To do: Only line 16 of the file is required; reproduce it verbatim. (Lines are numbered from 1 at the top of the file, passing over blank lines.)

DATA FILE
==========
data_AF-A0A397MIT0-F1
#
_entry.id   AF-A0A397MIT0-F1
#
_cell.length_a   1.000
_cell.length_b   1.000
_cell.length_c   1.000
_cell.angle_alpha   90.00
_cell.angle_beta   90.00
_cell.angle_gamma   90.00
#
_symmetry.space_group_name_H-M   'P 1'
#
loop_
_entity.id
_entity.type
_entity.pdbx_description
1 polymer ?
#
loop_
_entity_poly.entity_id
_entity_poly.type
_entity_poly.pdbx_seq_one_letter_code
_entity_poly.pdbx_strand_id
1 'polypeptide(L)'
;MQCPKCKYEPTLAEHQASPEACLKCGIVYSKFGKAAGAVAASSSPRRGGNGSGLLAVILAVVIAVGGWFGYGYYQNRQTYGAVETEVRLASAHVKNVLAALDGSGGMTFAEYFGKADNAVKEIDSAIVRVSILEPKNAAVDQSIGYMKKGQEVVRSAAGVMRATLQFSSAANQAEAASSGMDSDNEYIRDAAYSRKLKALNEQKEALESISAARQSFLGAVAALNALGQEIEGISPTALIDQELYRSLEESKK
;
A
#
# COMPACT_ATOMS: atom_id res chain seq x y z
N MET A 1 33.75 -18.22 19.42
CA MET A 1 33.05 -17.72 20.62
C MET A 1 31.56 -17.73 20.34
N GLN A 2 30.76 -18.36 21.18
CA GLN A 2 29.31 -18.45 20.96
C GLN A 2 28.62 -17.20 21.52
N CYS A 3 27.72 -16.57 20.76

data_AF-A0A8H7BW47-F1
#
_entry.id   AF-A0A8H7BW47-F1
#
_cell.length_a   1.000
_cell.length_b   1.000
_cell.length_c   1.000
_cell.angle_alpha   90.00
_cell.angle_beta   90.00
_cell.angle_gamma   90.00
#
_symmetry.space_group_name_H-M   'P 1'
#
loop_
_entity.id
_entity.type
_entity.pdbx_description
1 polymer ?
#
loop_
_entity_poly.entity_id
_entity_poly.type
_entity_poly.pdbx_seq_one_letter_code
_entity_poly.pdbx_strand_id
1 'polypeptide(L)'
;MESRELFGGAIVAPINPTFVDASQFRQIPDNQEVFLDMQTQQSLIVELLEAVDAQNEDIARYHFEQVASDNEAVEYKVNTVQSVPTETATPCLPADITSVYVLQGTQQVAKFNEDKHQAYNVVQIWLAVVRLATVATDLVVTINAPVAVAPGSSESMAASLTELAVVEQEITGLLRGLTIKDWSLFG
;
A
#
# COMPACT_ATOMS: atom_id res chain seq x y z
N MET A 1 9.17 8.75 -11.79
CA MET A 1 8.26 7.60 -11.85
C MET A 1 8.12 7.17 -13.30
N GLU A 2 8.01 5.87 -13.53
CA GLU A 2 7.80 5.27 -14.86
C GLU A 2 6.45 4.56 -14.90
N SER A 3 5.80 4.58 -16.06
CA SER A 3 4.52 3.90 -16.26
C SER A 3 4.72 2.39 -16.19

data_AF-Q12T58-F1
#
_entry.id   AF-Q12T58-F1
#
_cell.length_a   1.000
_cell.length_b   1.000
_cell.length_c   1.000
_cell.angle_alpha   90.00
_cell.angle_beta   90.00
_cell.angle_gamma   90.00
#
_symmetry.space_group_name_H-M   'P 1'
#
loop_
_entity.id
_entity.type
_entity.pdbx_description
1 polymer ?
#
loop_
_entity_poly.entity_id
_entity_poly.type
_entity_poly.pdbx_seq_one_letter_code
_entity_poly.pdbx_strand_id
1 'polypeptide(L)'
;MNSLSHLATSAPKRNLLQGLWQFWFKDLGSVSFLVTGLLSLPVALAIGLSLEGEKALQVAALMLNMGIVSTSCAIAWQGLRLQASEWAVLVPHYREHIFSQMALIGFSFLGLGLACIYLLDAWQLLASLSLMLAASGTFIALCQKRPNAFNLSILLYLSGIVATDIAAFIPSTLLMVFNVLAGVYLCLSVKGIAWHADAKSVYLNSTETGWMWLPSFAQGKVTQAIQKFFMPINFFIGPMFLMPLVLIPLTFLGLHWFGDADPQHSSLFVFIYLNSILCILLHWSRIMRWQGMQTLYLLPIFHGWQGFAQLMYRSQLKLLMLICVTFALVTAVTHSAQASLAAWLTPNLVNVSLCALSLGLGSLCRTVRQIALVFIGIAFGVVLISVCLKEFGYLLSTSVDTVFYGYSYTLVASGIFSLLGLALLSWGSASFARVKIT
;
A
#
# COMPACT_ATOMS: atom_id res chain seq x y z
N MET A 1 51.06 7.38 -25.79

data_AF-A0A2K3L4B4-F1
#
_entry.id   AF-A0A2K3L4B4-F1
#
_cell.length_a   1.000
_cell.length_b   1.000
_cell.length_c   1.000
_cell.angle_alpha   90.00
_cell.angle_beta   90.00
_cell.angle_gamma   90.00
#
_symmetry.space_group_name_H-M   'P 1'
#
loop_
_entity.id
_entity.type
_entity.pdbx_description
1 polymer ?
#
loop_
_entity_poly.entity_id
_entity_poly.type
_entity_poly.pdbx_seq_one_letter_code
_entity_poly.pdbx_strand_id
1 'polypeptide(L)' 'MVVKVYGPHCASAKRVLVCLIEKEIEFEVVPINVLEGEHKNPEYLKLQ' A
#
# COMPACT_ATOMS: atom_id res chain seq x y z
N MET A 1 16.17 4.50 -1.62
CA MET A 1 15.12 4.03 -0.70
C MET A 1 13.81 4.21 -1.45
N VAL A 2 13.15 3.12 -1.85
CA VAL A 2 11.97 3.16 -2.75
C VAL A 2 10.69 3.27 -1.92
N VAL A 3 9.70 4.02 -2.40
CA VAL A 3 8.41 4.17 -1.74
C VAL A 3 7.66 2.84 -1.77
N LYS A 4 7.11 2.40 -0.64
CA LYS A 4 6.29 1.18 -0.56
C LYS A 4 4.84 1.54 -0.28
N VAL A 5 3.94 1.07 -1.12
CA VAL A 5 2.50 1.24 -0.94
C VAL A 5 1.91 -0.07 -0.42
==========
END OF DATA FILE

_entity.type